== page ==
“There is so much overconsumption on Black Friday,” adds Amanda. “Our position wasn’t always don’t make a purchase, but if you’re going to, buy something you have actually wanted for an actually long time.”
Pantee didn’t stop there. To bring the project to life and put their words into action, the merchant turned off their site to all however their engaged consumers, who were only able to access the site through a code they sent to their existing mailing list.
The project was a frustrating success, causing a substantial increase in sales, social engagement and reach, brand name awareness and brand-new customer acquisition.
- Engagement on social networks doubled throughout the project (from 4 to 8%), and natural social impressions reached over 4x the total fans at the time.
- The campaign organically increased web traffic by 122% month-over-month in November 2021 with no supported paid spend.
- Pantee’s newsletter grew by 33% in the week leading up to Black Friday.
- The success of the social project extended far beyond Pantee’s Buy Instagram Verification, with the initiative included in top-tier press including The Observer, Drapers, Reuters, The Daily Mail, and more.
“While we didn’t run a sale or any promos last year, Black Friday was the greatest sales day of the year,” says Katie. “By just deciding and leveraging social to get our message out, we drove a month’s worth of web traffic in a matter of hours and had loads of people signing up for our email list. We saw a ton of brand-new, newbie customers even if they valued what we were doing.”
“Brand names typically think that you can have worths, however they won’t transform to sales,” adds Amanda. “However we believe that’s altering– and this campaign is an excellent example of that.”
Pantee is now introducing the campaign for the 2nd year and eagerly anticipating a lot more impressive outcomes.
4 lessons gained from one non-traditional project
Whether you’re brainstorming future creative projects, developing out next quarter’s social marketing strategy or currently getting going on preparing for next year’s holiday, Pantee’s Blackout Friday project holds fantastic lessons that every online marketer must keep top of mind. We asked Amanda and Katie for their leading four recommendations– here’s what they stated.
1. Hone in on your purpose
“We yap about our values as a brand,” says Katie. “And time and time once again, we’ve seen that if we discuss an issue, our values, or something with compound behind it, our engagement is a lot higher. That’s what individuals want to see: something that gets them believing.”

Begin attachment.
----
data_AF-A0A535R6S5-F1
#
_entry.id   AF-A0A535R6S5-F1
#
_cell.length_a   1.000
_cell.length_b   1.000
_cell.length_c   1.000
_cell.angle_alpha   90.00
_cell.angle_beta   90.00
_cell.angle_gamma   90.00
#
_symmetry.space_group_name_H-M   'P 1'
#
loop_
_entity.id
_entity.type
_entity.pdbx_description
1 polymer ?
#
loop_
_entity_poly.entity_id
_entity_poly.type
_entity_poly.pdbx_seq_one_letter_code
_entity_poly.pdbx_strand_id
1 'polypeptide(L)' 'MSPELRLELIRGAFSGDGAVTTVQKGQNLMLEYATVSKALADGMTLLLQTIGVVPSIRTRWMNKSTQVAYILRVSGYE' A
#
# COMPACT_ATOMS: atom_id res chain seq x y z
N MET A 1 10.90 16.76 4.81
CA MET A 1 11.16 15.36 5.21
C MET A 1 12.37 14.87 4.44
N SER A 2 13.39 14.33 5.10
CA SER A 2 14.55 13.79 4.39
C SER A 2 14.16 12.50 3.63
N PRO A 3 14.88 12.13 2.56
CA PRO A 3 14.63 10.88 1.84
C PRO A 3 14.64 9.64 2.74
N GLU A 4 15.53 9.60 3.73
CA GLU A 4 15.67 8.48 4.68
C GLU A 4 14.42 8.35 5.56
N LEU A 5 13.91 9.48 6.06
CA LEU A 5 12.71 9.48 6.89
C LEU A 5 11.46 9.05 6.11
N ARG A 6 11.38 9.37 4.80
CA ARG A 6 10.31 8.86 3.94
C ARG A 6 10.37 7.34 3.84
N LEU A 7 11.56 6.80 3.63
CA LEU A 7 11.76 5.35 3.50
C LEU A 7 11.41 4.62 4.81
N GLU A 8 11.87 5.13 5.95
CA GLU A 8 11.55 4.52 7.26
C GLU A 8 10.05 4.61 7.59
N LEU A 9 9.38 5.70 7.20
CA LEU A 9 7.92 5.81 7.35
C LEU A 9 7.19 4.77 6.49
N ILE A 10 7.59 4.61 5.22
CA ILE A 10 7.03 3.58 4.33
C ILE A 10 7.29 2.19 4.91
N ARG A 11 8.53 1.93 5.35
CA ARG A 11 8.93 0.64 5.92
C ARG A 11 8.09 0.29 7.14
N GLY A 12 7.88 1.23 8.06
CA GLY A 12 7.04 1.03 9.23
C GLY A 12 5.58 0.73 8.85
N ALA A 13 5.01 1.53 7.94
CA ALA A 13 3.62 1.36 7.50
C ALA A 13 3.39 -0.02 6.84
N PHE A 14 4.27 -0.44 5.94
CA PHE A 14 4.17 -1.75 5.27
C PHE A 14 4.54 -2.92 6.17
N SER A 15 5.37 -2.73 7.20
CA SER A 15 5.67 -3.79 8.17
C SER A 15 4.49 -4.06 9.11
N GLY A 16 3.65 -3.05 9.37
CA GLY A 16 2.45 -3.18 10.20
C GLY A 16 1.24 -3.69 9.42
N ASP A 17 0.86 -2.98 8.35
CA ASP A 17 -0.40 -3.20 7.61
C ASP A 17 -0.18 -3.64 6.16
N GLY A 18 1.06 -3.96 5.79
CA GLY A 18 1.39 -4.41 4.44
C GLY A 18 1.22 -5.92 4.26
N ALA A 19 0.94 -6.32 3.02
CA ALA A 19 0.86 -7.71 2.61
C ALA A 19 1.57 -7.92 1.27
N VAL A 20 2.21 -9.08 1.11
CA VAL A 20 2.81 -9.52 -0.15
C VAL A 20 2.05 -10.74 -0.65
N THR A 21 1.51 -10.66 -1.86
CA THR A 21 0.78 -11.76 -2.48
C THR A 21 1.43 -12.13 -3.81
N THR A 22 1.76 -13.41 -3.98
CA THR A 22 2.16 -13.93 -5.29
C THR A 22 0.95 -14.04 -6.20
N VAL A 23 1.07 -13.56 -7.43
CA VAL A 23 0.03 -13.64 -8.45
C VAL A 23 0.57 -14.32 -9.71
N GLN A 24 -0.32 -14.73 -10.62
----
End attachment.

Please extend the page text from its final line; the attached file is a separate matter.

Amanda includes: “I think at one point, we lost our method a bit and became more item and sales heavy on our social channels, and we discovered that we weren’t getting the exact same reach. Pushing product resolves email marketing and other locations of business, but with social, we have actually seen a bigger chance to inform our audience and share helpful details that they can win.”
2. An engaged community is whatever
“There’s a substantial difference in between growing a following and growing a following that likewise has engagement,” describes Katie.” When it concerns social, what we have actually discovered is that people who engaged with us early on have actually become supporters for our brand. We see so much worth in community and engaging with our customers beyond getting the sale. Lots of brands see social as a platform to get their message out, however for us, it’s a two-way street.”
3. Do not hesitate to be bold
“We discovered quite at an early stage with our social that the highest peaks of engagement occurred when we decided for something,” states Katie. “We have actually always been quite mission driven, but we like to have fun with it and not be too preachy. When we’ve launched campaigns with our sustainability mission at the leading edge, the engagement has actually been through the roofing.”
4. Bear in mind that there’s more to social than what you’re publishing
“Social network isn’t practically what you post, it’s about how you engage with other accounts and make individuals feel,” describes Amanda. “Spending quality time on your social platforms connecting with others, constructing relationships and developing an engaged neighborhood is vital. We utilize our social channels for two-way conversations with both clients and our community– there is a lot you can discover when you talk with them rather of at them.”
If there’s one takeaway that increases above all the others, it’s that social is among the most effective tools that brand names can utilize to spark their organization, turning onlookers into devoted brand name advocates, awareness into sales, and your objective into positive, concrete modification. Just ask Pantee.